23 D Remember your I, II, III technique—eliminate answer choices as you determine options I, II, or III to be true or false. Let’s look at option I. Normal blood pressure in a resting human is about 120/80 mm Hg. The higher number (120 mm Hg) is the systolic blood pressure. Option I is false. 180 mm Hg is much too high a systolic blood pressure for a resting human. Knowing that I is false, we can eliminate choices A, C, and E. Of the remaining choices (B and D), both contain option II, so option II must be true. When you’re taking the real SAT II, don’t waste time thinking about option II; move right ahead to option III. For the purposes of this discussion, however, let’s take a look. Option II is a heart rate of 60–80 beats per minute. This is true for a resting human. Continuing with option III: Humans do maintain a body temperature of around 37oC at rest (it increases during exercise). Because option III is true, choice B can be eliminated, leaving D as the correct answer choice.
24 C Whenever you’re trying to determine the genotype of an organism that has a dominant phenotype, the best thing to do is something called a test cross. A test cross is a mating between the organism with the unknown genotype and an organism with the recessive phenotype. (Organisms that display the recessive phenotype MUST have the homozygous recessive genotype; the genotype of this organism is known.) Then, you just look at the offspring produced. If the organism with the unknown genotype were homozygous dominant, all the offspring would have the dominant phenotype. If, however, the organism with the unknown genotype were heterozygous, half the offspring would have the dominant phenotype and half would have the recessive phenotype. Look at the two possible Punnett squares:
This is the Punnett square that would result if the genotype of the unknown organism were homozygous dominant. Note that all offspring from this test cross display the dominant phenotype.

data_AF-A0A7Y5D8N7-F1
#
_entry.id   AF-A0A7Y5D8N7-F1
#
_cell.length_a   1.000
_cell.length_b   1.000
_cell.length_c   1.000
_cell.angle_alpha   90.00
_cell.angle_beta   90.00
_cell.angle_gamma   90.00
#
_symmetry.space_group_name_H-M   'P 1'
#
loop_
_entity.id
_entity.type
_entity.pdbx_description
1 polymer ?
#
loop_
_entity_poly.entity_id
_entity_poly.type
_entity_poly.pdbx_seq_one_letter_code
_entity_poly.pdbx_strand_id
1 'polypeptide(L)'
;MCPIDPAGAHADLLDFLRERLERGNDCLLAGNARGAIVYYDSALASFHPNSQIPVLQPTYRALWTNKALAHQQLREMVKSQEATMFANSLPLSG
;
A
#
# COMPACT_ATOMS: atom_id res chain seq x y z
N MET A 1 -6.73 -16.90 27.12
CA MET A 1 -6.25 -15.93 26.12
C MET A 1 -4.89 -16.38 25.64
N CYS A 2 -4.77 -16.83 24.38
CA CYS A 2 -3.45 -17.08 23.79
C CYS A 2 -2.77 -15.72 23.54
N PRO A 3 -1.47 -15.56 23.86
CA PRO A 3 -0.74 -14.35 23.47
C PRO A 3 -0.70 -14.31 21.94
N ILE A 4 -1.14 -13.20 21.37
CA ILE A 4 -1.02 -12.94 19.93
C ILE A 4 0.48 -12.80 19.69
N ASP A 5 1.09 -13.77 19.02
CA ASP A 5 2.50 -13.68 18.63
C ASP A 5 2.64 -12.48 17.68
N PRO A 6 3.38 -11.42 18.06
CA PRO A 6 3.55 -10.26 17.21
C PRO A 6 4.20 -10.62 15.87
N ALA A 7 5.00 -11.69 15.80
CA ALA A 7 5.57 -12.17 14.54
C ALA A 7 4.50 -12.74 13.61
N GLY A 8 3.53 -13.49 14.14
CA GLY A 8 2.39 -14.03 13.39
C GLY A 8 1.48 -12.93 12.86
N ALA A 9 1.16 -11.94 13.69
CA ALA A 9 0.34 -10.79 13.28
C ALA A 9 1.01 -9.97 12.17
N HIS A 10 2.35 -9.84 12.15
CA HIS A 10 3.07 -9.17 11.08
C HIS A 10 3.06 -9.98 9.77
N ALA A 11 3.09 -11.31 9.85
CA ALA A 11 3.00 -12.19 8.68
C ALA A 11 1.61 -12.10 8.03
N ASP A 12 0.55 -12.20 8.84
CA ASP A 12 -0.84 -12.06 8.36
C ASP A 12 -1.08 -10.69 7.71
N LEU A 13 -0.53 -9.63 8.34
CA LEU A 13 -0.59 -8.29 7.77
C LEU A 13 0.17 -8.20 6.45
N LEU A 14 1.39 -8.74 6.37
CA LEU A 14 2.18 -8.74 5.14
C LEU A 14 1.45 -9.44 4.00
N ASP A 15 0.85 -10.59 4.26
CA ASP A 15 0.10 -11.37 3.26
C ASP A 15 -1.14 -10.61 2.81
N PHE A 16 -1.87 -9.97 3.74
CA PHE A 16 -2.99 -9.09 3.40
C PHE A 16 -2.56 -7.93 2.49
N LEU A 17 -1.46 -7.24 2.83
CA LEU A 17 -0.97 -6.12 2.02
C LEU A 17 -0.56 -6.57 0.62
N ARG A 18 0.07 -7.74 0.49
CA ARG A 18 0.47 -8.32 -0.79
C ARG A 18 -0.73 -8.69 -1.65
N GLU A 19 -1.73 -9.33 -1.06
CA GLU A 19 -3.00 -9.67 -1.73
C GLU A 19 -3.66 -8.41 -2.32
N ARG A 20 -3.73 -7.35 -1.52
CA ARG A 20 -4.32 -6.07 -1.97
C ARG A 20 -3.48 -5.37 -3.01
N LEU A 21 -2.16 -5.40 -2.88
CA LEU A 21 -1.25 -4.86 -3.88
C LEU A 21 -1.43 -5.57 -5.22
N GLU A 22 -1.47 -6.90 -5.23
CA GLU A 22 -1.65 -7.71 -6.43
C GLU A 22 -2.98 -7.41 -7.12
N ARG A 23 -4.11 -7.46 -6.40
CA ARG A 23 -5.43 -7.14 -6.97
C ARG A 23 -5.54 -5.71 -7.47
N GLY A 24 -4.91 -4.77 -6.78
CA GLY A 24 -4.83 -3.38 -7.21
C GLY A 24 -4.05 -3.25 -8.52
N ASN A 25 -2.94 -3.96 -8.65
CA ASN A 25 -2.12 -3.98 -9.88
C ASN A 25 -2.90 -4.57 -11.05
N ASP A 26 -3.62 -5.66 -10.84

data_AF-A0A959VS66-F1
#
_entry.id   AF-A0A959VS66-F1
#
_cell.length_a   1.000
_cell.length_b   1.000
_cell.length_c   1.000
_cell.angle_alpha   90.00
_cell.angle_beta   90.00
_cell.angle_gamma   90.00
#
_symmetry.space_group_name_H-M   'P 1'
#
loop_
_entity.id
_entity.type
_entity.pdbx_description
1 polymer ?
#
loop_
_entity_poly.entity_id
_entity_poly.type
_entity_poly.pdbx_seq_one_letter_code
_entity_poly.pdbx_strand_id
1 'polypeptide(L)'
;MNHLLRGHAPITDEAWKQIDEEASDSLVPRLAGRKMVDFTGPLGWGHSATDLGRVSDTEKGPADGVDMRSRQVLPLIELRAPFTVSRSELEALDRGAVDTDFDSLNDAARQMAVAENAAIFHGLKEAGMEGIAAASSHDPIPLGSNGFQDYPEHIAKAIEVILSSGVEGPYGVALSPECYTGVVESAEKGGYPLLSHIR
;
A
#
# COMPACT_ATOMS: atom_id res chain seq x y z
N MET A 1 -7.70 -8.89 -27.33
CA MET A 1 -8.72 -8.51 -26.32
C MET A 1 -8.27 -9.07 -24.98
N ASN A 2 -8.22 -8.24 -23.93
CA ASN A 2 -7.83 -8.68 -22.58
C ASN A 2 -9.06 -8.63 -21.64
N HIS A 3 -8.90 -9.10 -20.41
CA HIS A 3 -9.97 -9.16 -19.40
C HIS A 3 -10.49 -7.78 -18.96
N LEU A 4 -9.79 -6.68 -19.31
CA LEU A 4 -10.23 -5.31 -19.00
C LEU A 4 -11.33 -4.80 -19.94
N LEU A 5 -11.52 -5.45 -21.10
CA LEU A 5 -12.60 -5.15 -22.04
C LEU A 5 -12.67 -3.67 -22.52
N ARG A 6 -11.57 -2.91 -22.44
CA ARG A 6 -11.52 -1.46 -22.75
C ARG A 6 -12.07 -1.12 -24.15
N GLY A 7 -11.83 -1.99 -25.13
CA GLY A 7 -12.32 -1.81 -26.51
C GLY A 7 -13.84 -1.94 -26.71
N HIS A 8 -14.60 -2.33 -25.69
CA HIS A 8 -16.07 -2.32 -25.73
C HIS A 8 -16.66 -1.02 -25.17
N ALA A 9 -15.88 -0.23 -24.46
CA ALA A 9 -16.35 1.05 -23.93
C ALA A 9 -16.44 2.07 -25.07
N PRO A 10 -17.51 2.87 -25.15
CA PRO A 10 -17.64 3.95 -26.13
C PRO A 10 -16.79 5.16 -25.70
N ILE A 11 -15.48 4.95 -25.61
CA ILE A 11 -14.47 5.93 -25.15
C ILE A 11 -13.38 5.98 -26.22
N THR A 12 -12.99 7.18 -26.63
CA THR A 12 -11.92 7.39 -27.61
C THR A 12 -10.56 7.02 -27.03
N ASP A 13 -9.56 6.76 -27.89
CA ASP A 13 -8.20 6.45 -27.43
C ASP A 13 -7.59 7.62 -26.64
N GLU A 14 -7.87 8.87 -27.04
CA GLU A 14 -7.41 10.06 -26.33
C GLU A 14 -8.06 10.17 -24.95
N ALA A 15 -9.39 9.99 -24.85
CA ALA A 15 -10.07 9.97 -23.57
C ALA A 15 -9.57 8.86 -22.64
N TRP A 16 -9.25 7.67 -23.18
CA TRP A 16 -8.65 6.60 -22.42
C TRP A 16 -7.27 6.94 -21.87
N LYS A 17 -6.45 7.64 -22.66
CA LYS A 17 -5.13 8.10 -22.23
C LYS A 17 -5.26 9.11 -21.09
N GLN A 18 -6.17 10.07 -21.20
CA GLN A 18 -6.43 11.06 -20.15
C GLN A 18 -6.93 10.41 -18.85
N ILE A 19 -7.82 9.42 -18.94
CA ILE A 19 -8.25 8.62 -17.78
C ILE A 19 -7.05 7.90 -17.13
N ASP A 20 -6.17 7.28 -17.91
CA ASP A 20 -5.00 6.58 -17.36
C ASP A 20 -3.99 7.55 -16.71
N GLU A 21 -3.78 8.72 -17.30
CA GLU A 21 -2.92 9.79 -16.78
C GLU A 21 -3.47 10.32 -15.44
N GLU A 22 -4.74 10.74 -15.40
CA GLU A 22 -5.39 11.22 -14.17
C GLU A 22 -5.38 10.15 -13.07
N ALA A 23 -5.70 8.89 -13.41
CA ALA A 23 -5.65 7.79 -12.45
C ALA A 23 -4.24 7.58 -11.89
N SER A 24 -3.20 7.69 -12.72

This is the Punnett square that would result if the genotype of the unknown organism were heterozygous. Note that half the offspring from this test cross display the dominant phenotype and half display the recessive phenotype.
Knowing this, let’s take a look at the answer choices. You should be able to eliminate choice D quickly—all chromosomes look physically alike, regardless of the alleles they carry. Choice B should also be eliminated relatively quickly—just because there are a few white hairs on the guinea pig doesn’t mean that it carries the recessive allele. There could be other causes for the occasional white hair. Choice E would give us some information, but not enough to determine if our unknown guinea pig were heterozygous or homozygous. In other words, if the guinea pig did have white siblings, it would tell us that the guinea pig’s parents were heterozygous (that’s the only way they could produce white offspring), and it tells us that the guinea pig has a chance of carrying the recessive allele for white hair, but it doesn’t tell us for sure that it is carrying the recessive allele. It comes down to a choice between answer choice A and answer choice C. Choice C describes a test cross and is the correct answer. The problem with choice A is that you’d be mating your unknown guinea pig with another unknown guinea pig—not a great way to figure something out. The idea is to mate your unknown with a known—then you know what to expect and can use those results to determine the unknown genotype. Note that you should be familiar with a test cross and what it can tell you—and now you are.
25 D This question is intimidating because it seems so complex. Remember to take the question apart piece by piece—don’t guess at an answer until you are sure what the question is asking! The best way to tackle this question is to draw a diagram of the interactions of the populations with one another. It might look something like this:
The question goes on to ask which population is most likely to evolve after a change—in other words, which population can best adapt to its new environment. You should know that evolution requires genetic variability, which is achieved through random mutation and through exchange of genetic material with other organisms (sexual reproduction). Clearly, the population that will be most likely to evolve is the one in which there is the greatest genetic variability. In this situation, that population is Population 5, because it interacts with the most other populations.
26 A Infertility can be caused by anything that prevents the meeting of sperm and egg, including things that prevent sperm or egg survival. Remember also that this is a I, II, III style question—eliminate answer choices as you work through the options. Option I is true. The egg must travel through the uterine tube toward the uterus, and the sperm must travel through the uterine tube toward the egg. If the tube is blocked, travel cannot occur and the sperm and egg would not meet. (You can now eliminate choices B and D.) Options II and III are false. Large amounts of FSH and LH are normally released prior to ovulation; the LH surge is, in fact, what triggers ovulation. These could not be reasons for infertility. (Eliminate choices C and E.)